In a poignant moment, the leader’s words summarized what everyone was feeling: “The complexities in our business are increasing at a rate of 2x, 3x and even 5x the rate of growth in our business.”
Then he paused, before adding: “It’s not sustainable.”
The customer, however, is not going to relent in rapidly evolving their sophisticated needs. Your hyper-competitive rivals in the market are not going to rest. And it is fruitless thinking the CEO will call a “time-out” or suddenly lower expectations.
So, what are you going to do?
- Some organizations are focused on addressing the symptoms: Deploy long-overdue health and wellness programs for employees. (Worth discussing: When leadership doesn’t effectively create the systems required to manage complexities their employees pay the price.)
- Other companies stand frozen like a nocturnal animal staring at a beam of light: They’re taking little action but telling stories about how bad things are getting.
- Then, there are those few organizations, like the leader and his team at the open of this blog, who are innovating how they collaborate: They’re finding significant capacity between people. They are assessing their current beliefs around what it means to work together, developing key interpersonal capabilities, and getting serious about the new math: 1+1 must = 3.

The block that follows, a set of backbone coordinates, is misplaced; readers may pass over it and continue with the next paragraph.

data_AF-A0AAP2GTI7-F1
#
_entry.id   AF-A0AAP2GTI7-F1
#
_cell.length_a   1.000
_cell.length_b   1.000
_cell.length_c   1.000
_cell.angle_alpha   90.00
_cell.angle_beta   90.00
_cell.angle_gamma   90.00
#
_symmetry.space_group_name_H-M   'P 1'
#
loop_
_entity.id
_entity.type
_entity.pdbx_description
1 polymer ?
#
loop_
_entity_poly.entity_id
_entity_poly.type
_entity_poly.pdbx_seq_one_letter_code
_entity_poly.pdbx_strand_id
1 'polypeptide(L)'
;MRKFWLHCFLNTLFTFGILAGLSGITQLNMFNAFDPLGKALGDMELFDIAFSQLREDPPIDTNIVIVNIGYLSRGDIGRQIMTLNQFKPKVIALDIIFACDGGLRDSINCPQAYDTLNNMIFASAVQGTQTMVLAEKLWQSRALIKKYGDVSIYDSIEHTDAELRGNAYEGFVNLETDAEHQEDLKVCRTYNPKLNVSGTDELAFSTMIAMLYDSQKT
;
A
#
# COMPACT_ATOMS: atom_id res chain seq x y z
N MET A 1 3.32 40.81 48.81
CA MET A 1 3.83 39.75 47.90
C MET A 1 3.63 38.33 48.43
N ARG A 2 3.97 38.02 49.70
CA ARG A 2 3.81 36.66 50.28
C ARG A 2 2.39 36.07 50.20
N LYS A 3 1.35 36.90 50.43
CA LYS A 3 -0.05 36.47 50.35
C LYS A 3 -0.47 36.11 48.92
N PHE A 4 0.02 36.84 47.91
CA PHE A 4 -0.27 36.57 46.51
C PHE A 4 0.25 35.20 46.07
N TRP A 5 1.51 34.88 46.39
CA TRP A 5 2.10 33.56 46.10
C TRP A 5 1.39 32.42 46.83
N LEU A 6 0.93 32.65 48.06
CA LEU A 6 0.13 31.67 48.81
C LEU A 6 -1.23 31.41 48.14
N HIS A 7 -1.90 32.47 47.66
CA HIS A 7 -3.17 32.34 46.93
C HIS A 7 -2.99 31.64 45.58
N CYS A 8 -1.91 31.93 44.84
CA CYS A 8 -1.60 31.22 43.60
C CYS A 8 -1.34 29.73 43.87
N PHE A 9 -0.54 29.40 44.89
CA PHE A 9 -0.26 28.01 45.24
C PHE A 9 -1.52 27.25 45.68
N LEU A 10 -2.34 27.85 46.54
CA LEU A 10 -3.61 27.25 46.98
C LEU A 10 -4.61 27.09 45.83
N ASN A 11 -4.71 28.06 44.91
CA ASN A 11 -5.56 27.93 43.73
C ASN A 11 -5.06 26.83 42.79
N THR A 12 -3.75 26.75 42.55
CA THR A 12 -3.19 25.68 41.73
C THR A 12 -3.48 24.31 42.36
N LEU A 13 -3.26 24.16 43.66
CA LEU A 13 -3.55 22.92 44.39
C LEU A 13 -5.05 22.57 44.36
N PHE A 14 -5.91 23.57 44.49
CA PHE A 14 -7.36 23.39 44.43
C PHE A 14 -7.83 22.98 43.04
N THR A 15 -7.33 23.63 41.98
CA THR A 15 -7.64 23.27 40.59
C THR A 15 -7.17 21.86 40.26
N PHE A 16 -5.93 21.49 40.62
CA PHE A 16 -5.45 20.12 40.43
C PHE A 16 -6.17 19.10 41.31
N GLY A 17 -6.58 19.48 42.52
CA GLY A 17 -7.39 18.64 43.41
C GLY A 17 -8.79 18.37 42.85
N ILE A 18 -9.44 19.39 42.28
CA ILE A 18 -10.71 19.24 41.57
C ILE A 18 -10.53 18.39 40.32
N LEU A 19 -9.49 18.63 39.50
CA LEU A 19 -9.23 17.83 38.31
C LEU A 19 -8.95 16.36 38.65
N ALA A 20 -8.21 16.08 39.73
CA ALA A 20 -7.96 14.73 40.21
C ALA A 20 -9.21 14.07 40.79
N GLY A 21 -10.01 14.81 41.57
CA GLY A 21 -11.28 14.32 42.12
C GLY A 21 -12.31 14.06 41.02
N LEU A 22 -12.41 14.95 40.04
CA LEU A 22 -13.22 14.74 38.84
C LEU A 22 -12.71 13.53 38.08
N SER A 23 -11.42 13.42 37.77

No one is suggesting addressing manic-like increases in complexity is easy. It’s not. But what if the stories a team tells itself (about how busy they are) hurt more than they help? At what point does a team become victim to their circumstances?
Is complexity (Xn) our destiny? Or is it our signal that our best leadership is ahead?
What if we saw the elevated pressure caused by crazy complexity as the moment we’ve been waiting for? What if this is the point in our careers where – together – we get serious about:
- setting aside personal agendas,
- collapsing the time it takes to truly trust one another,
- and bringing out the best in each other?
Finding solutions to growing complexities is complicated when humans aren’t at their best. Those who start with evolving their cultures of human excellence have an advantage in this new race.